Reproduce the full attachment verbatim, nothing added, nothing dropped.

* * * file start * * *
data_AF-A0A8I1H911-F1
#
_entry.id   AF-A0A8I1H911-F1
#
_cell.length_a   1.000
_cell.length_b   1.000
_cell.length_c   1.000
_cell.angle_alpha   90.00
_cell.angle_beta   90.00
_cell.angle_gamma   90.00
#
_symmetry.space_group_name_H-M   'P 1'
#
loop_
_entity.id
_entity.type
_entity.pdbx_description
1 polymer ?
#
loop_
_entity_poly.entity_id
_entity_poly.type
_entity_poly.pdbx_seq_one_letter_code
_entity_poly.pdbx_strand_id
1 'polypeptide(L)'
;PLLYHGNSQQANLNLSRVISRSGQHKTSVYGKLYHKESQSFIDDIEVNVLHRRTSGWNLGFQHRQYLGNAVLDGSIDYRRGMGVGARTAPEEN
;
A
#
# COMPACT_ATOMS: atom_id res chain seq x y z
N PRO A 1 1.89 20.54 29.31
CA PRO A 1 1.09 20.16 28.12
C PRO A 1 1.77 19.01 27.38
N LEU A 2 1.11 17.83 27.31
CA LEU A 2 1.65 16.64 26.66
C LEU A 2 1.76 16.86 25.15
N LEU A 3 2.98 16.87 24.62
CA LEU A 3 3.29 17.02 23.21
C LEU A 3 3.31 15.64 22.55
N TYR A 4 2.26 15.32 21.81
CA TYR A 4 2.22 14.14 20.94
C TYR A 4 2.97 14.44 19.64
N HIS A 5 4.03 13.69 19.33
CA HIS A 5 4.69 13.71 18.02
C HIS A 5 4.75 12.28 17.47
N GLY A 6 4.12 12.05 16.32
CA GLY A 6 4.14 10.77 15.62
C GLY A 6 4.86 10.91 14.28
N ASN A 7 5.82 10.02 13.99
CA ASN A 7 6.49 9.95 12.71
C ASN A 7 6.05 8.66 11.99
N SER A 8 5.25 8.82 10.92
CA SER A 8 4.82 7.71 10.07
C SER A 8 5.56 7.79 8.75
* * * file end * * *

data_AF-A0A8I1H911-F1
#
_entry.id   AF-A0A8I1H911-F1
#
_cell.length_a   1.000
_cell.length_b   1.000
_cell.length_c   1.000
_cell.angle_alpha   90.00
_cell.angle_beta   90.00
_cell.angle_gamma   90.00
#
_symmetry.space_group_name_H-M   'P 1'
#
loop_
_entity.id
_entity.type
_entity.pdbx_description
1 polymer ?
#
loop_
_entity_poly.entity_id
_entity_poly.type
_entity_poly.pdbx_seq_one_letter_code
_entity_poly.pdbx_strand_id
1 'polypeptide(L)'
;PLLYHGNSQQANLNLSRVISRSGQHKTSVYGKLYHKESQSFIDDIEVNVLHRRTSGWNLGFQHRQYLGNAVLDGSIDYRRGMGVGARTAPEEN
;
A
#
# COMPACT_ATOMS: atom_id res chain seq x y z
N PRO A 1 1.89 20.54 29.31
CA PRO A 1 1.09 20.16 28.12
C PRO A 1 1.77 19.01 27.38
N LEU A 2 1.11 17.83 27.31
CA LEU A 2 1.65 16.64 26.66
C LEU A 2 1.76 16.86 25.15
N LEU A 3 2.98 16.87 24.62
CA LEU A 3 3.29 17.02 23.21
C LEU A 3 3.31 15.64 22.55
N TYR A 4 2.26 15.32 21.81
CA TYR A 4 2.22 14.14 20.94
C TYR A 4 2.97 14.44 19.64
N HIS A 5 4.03 13.69 19.33
CA HIS A 5 4.69 13.71 18.02
C HIS A 5 4.75 12.28 17.47
N GLY A 6 4.12 12.05 16.32
CA GLY A 6 4.14 10.77 15.62
C GLY A 6 4.86 10.91 14.28
N ASN A 7 5.82 10.02 13.99
CA ASN A 7 6.49 9.95 12.71
C ASN A 7 6.05 8.66 11.99
N SER A 8 5.25 8.82 10.92
CA SER A 8 4.82 7.71 10.07
C SER A 8 5.56 7.79 8.75